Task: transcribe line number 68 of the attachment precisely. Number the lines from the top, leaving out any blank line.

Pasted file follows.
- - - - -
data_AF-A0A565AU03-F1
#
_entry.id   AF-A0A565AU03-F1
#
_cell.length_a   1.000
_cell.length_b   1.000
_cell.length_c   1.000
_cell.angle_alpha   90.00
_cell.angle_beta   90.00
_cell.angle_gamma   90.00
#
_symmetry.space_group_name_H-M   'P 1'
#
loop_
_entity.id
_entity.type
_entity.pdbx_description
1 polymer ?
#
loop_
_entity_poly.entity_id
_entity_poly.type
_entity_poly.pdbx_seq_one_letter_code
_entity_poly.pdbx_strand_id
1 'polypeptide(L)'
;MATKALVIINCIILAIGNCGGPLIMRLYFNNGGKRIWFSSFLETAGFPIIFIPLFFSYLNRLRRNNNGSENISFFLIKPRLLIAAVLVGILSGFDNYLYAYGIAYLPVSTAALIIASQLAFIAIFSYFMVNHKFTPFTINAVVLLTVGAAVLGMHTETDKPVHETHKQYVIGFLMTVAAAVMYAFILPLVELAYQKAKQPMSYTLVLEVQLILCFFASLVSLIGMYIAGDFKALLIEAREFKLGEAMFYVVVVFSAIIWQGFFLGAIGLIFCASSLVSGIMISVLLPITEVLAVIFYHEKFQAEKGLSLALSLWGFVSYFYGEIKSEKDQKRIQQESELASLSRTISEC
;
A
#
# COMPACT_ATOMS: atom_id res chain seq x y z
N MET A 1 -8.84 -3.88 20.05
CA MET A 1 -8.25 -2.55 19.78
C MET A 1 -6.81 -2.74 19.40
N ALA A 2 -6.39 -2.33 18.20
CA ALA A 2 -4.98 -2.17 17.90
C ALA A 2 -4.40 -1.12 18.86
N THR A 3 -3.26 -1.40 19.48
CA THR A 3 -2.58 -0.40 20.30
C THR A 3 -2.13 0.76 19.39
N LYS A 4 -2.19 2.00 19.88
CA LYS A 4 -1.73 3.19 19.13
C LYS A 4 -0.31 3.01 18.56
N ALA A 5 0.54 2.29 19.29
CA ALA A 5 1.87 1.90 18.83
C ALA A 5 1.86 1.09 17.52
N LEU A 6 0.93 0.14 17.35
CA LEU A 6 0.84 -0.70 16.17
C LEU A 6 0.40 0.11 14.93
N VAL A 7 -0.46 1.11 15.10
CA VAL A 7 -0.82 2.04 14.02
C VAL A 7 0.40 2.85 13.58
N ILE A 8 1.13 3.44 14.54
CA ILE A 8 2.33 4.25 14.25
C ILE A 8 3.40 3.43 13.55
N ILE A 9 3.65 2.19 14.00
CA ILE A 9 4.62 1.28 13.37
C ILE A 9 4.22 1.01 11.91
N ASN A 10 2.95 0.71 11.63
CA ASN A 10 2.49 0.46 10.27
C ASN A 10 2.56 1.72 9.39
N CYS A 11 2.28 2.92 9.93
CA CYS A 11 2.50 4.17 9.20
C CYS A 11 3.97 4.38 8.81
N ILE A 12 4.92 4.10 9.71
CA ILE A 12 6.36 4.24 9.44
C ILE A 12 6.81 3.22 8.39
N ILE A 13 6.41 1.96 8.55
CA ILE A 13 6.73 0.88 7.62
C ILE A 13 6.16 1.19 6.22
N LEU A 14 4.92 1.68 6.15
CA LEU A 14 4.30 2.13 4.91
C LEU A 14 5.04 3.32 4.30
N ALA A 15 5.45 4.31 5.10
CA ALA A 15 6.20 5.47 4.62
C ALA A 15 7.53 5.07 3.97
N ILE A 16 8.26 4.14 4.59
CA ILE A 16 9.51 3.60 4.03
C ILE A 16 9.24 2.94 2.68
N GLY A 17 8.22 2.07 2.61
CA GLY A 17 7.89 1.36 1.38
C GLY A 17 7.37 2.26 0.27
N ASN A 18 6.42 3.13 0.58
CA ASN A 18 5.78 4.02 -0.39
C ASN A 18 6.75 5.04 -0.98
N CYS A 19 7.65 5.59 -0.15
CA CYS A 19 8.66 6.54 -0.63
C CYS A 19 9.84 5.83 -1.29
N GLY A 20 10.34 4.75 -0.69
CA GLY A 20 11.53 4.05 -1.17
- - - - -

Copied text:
CA ILE A 13 6.73 0.88 7.62